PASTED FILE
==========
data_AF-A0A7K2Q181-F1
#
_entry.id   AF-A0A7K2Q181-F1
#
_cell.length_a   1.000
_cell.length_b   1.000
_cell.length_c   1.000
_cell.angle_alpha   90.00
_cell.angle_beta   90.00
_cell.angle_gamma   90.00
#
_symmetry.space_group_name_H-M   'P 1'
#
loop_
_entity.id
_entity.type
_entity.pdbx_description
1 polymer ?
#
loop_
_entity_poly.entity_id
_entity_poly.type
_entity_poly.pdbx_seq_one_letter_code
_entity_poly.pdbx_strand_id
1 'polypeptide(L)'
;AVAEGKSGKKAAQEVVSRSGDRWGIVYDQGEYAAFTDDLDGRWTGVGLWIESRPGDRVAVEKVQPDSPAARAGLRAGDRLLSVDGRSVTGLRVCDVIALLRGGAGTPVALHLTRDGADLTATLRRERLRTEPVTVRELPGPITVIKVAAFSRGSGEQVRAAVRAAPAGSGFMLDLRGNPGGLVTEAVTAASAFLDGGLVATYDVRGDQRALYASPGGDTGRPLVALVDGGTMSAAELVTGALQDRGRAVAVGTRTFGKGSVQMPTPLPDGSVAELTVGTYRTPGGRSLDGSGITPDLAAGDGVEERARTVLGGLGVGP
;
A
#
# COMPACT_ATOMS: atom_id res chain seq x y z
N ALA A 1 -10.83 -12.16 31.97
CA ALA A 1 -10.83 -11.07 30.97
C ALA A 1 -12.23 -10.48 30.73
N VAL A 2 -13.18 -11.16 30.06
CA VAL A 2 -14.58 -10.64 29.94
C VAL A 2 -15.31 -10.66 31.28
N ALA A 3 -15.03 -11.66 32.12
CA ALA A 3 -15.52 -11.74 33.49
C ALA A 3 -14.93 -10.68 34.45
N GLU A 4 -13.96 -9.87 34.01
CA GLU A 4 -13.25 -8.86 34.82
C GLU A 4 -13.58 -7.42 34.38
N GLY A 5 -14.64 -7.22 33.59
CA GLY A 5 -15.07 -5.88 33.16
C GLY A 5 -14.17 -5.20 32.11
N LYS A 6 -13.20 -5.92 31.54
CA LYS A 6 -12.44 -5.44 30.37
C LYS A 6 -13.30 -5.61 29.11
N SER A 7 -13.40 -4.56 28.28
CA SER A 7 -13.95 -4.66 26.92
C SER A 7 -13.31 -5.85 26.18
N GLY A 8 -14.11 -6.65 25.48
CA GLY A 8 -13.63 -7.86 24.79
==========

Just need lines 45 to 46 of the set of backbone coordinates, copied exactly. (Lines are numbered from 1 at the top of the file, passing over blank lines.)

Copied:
C GLY A 5 -14.17 -5.20 32.11
N LYS A 6 -13.20 -5.92 31.54